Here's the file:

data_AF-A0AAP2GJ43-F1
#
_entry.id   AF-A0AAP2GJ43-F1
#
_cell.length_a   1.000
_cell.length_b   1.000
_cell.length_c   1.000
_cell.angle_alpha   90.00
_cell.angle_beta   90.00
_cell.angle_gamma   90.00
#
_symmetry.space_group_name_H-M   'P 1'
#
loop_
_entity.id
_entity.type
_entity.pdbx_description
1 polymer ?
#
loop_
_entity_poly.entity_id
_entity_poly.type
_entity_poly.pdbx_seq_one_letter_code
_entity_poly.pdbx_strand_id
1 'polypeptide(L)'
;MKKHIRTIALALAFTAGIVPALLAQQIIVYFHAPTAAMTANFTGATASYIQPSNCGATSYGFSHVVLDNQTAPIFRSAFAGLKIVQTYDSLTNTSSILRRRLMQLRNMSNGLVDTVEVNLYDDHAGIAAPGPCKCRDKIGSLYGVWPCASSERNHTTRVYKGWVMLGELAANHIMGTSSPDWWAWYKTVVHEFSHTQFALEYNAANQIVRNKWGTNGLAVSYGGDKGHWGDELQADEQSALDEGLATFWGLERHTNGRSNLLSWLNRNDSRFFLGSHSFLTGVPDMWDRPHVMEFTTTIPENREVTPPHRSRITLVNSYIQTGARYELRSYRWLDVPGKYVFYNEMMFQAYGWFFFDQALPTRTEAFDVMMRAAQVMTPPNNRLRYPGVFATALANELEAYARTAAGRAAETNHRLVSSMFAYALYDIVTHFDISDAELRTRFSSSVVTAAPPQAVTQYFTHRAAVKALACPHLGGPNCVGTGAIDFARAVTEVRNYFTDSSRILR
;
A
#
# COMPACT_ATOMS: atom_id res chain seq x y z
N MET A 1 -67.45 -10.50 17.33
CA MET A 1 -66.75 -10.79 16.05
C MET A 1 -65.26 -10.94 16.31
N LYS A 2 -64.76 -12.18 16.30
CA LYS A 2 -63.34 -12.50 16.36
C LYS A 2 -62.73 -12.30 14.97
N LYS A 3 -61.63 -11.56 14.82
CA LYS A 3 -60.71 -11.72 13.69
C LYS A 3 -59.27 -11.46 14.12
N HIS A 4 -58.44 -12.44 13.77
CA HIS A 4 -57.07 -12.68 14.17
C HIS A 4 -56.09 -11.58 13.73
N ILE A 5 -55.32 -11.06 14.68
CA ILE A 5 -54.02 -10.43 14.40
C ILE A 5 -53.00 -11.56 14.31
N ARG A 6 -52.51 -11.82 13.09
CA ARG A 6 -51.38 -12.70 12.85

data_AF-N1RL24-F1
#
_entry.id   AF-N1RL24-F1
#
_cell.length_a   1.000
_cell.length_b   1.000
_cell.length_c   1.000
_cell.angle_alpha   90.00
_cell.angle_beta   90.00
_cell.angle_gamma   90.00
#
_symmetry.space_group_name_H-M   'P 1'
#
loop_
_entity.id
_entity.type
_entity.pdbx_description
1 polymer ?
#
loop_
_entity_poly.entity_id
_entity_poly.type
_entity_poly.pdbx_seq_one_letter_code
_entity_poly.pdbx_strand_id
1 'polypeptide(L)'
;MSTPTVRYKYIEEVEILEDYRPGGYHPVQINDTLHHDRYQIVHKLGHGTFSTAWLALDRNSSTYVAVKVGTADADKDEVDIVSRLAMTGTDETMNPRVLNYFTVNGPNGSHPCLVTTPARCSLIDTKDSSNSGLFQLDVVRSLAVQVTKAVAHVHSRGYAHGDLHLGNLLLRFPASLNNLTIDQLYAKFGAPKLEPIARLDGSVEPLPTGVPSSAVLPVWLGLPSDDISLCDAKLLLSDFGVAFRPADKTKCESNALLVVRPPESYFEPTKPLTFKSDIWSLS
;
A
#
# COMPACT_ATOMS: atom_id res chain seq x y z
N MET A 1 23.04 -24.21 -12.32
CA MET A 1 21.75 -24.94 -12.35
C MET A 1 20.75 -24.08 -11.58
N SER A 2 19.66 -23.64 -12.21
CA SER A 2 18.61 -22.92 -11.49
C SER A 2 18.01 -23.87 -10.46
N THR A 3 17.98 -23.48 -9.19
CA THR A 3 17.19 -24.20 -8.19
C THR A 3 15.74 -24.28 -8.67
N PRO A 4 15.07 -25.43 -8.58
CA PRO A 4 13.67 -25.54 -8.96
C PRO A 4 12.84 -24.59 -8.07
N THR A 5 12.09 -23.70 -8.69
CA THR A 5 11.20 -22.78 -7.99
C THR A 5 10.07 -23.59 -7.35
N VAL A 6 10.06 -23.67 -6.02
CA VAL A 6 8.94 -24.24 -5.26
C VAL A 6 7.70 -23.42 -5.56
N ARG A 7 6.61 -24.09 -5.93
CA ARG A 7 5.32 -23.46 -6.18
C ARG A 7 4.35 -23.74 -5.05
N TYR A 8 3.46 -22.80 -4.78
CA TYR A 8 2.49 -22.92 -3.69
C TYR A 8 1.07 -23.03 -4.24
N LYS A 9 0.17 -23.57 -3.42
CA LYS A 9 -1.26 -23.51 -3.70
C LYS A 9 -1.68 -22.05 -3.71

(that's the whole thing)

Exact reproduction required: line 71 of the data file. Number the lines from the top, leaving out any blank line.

_entity_poly.pdbx_strand_id